I took my father's camera off the table by the front door, went out to the garden, and I took a picture of a flower. I was four years old. About seven years later he gave me my own camera. That was when the camera became my lifelong sidekick, always along for the ride.
In college I worked with black and white film as a darkroom technician. How magical it was to see an image appear on paper under the liquid bath. It was like seeing a reflection of a place or a moment in time looking back at me instead of my own face, and there was no one there but me to see this happen. It was like a mirror of my adventures, when I'm usually the only one around in the middle of nowhere to see something special.
Though I never stepped away from photography, I pursued music for my education and my career for many years. When I noticed that I was choosing to spend more time out in nature with my kayak and my camera, I realized that a change was in store for me. Music is still part of who I am, and a lot of what I learned about being a composer translates through to my photography, but this time is now about developing as the photographer I have always been.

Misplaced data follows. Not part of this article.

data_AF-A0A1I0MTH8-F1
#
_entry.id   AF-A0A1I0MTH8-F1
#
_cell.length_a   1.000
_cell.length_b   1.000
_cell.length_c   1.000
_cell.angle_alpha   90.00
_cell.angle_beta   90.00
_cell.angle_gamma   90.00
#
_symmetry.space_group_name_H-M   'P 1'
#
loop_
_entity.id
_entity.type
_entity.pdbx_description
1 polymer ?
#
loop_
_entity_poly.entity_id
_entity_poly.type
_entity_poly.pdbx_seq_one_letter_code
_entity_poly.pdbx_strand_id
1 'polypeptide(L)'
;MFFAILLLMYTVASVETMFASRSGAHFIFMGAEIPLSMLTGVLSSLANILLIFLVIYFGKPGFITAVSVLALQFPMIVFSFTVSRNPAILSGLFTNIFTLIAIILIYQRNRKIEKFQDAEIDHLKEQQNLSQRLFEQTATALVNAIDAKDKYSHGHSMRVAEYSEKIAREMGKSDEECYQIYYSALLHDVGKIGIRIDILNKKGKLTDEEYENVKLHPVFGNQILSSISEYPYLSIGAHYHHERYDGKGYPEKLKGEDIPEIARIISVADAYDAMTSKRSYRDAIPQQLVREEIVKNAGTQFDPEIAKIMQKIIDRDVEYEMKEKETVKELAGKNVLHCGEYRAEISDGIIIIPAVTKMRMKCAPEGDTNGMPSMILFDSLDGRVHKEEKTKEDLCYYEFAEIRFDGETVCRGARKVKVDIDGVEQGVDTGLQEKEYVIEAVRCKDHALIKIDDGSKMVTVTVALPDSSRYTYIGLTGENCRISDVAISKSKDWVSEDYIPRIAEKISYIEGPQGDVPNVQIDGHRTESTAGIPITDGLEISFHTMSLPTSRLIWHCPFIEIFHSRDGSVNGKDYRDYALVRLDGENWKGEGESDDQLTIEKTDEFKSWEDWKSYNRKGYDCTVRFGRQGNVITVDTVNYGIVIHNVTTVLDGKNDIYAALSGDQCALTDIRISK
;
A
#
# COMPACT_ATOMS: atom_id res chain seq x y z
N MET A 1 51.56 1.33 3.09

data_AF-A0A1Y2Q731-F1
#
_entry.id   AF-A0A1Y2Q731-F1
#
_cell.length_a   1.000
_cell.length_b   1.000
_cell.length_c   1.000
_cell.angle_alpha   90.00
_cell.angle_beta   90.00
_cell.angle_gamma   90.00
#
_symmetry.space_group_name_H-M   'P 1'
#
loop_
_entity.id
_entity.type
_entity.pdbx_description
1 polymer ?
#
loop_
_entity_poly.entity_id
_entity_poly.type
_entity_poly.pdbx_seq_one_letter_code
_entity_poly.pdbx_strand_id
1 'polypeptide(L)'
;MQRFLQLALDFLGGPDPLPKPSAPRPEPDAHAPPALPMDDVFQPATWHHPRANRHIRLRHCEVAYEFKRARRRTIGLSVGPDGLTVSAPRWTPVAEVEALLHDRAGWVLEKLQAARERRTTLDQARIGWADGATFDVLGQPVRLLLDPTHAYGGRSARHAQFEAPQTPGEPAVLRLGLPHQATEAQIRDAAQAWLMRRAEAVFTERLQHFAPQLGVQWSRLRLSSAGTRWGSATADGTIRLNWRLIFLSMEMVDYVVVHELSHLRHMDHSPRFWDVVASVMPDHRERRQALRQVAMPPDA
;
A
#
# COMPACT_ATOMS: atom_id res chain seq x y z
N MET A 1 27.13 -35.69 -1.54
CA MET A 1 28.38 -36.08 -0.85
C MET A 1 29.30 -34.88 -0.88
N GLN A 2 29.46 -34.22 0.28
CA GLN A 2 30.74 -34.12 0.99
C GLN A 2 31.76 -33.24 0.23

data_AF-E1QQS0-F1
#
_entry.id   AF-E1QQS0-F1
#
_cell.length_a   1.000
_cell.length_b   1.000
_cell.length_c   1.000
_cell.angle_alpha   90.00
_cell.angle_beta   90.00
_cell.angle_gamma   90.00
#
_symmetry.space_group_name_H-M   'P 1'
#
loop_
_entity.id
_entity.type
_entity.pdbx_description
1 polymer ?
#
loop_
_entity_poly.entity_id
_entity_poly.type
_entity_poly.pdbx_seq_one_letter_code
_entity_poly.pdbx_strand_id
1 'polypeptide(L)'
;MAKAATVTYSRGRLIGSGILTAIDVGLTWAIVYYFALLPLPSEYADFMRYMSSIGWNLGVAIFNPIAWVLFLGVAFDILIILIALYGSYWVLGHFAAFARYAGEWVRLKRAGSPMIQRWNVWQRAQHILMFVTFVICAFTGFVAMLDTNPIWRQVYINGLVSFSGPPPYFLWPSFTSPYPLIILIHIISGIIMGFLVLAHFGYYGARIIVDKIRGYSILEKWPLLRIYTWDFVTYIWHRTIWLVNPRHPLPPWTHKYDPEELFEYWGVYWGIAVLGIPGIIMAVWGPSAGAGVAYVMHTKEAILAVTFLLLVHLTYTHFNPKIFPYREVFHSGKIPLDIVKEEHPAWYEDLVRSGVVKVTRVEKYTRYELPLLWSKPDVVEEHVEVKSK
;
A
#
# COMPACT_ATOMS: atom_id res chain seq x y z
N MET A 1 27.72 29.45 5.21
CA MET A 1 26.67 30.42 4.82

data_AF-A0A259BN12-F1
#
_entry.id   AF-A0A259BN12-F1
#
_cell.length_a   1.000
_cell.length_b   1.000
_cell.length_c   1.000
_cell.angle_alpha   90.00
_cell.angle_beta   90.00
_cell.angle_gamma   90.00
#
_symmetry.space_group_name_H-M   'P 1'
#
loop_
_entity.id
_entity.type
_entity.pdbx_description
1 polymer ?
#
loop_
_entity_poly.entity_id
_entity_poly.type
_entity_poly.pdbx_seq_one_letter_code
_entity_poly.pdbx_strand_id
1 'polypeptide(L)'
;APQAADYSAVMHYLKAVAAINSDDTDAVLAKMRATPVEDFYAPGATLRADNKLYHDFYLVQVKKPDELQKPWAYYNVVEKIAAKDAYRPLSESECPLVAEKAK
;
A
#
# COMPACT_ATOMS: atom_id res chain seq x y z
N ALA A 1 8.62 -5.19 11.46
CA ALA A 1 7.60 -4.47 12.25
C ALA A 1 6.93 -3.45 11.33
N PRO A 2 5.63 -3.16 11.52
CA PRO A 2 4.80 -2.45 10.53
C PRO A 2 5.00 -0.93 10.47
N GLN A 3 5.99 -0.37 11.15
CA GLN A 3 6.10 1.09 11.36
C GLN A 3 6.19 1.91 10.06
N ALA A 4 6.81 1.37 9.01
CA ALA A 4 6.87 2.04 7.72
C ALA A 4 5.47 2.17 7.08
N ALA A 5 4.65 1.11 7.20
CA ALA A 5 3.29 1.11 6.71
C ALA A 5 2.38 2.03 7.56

I belong outside. For me, outside time is about getting to know the planet and all of the creatures I come across. It's the sounds of things, the feel of things, and the patterns of things that make me feel connected. Because, like you, this planet is my home.